The Digital Production Partnership


Simon Pegg TV-Bay Magazine
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by Simon Pegg
Issue 86 - February 2014
The Digital Production Partnership (DPP) was founded in January 2011 by the BBC, ITV, and Channel 4, with representation from Sky, Channel 5, S4/C, UKTV, and BT Sport, to help speed the transition to fully digital production and distribution in television. As part of its work, the group has established common delivery standards based on the AS-11 file format and the UKDPP shim intended to maximize the ease and efficiency of an all digital workflow by providing a tightly constrained medium for file-based content delivery.

As the U.K.s leading broadcasters begin requiring file-based content delivery based on DPP specs, the impact of this new specification is being felt by production companies and other content producers delivering media into this market. The need to assure DPP compliance prior to delivery is significantly increasing the processing required across the full digital media supply chain.

The file-based DPP specifications themselves are similar to those developed for tape-based deliverables. They define everything from the structural layout how content is lined up, idented, and laid out on the timeline within a file to the audio and video codecs that must be used and what metadata is wrapped into MXF files. Between those aspects are familiar baseband technical compliance requirements such as audio levels (either PPM or R128 LUFS-based, depending on the broadcasters requirements for a given deliverable) and video gamut.

Within the DPP delivery specification, the AMWA AS-11 specification is used to provide a fairly broad description of how to wrap up a file-based program for delivery to a broadcaster. This broad high-level spec includes basic metadata, segmentation (how to indicate which areas of the timeline of the file contain actual program content, similar to the start and end timecodes in paper form that accompany most tape based deliveries), and a range of options for audio and video encoding. The UK DPP shim, based on input gathered from broadcasters, is used to refine the AS-11 spec by further constraining the AS-11 options, and it also extends the metadata that must be provided with the file. Finally, the full DPP delivery specification itself adds specific information about audio track layouts, permitted audio levels, gamut processing, and any broadcaster-specific delivery guidelines.

Typically, the first step in assuring DPP compliance is achieving technical compliance at the baseband level with audio leveling, followed by video gamut legalization to make sure color is within spec. Next the content producer must wrap the program content in the necessary lineup, ident slates, and padding to create a compliant timeline structure; transcode the content to AVC Intra 100 (HD) or IMX50 (SD); wrap the video and audio essences correctly in an AS-11-compliant MXF file; and then write in all required metadata that describes the content being delivered and its technical compliance status.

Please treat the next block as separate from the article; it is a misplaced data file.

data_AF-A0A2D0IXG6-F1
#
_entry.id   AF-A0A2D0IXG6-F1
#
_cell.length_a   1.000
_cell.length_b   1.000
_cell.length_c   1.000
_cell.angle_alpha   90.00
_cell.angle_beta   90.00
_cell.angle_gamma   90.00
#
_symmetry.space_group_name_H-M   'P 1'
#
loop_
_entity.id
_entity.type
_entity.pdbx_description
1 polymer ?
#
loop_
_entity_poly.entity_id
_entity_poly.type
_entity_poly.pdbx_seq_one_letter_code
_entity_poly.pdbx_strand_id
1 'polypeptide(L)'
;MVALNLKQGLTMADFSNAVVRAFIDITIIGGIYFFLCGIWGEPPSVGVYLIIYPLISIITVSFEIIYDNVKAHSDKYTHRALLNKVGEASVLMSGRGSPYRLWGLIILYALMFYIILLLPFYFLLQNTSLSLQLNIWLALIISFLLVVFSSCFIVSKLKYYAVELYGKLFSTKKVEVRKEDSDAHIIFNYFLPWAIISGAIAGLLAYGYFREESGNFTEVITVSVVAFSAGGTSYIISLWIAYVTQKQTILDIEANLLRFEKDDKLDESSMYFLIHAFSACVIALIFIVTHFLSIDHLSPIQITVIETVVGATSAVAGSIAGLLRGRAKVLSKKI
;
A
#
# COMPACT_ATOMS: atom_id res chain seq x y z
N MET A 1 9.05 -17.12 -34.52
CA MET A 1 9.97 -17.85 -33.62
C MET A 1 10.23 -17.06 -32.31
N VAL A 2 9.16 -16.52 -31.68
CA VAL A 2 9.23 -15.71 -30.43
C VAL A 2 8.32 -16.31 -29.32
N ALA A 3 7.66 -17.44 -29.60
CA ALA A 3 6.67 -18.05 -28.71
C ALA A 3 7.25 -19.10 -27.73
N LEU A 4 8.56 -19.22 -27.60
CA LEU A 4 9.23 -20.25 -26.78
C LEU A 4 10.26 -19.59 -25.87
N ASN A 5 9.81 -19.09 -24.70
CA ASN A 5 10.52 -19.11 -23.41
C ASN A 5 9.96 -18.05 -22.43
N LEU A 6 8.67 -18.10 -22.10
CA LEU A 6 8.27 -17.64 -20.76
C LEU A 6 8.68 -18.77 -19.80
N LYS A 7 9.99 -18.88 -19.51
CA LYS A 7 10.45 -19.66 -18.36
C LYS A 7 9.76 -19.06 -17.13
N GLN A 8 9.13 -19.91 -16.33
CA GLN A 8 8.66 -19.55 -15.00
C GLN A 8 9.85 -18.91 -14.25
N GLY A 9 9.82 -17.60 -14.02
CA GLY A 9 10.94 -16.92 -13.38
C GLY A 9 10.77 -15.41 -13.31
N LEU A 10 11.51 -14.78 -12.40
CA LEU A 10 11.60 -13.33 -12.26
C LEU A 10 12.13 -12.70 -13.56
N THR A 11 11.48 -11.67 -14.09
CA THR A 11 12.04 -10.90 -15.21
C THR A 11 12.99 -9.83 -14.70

For facilities both large and small, the primary challenge is to perform these tasks properly without significantly increasing demands on personnel and facility resources. The processing can be time-consuming and laborious, with elements such as broadcast color legalization often requiring hardware baseband processing or a lengthy re-rendering process in the NLE environment. The content creator also must take the time to confirm that codecs, containers, and formats are correct. If these remain manual processes, facilities not only spend a great deal of time on DPP compliance, but also run the risk of introducing error and thereby increasing the possibility that content will need to be reworked to meet delivery criteria.

Content producers and other media facilities are responding to this challenge by uniting key processing tasks in a single integrated and automated system. Rather than use multiple discrete components with varying levels of processing capabilities, they are effectively turning DPP-related compliance processing into a back office function. With content being conformed automatically to the correct specifications, such companies can maintain their focus on creating compelling content. This capability is vital, as the quality of content is a key competitive differentiator across media platforms. The efficiency of automated DPP compliance is also valuable as the increasing complexity of delivering content puts added pressure on resources, making it ever more difficult to ensure content quality.

The first solution to incorporate both loudness and gamut processing, the WohlerDDP solution, powered by the RadiantGrid Intelligent Media Transformation Platform¢, automates the DPP compliance workflow entirely within the file-based domain. In addition to performing broadcast legalization in the color domain and audio loudness legalization, the platform addresses metadata insertion and persistence, video and audio encoding and compression support, QC reporting, and content timeline synthesis with automatic slate insertion, in turn producing compliant media with minimal input and in the shortest possible timeframe. At a time when both human and budget resources are strained, content providers can rely on this sophisticated processing platform to speed and streamline the cost-effective packaging and delivery of DPP-compliant content.


Tags: iss086 | Wohler Technologies | The Digital Production Partnership | BBC | ITV | Channel 4 | Sky | Channel 5 | S4/C | UKTV | BT | Moitoring | Test measurement | RadiantGrid Intelligent Media Transformation Platform | Simon Pegg
Contributing Author Simon Pegg

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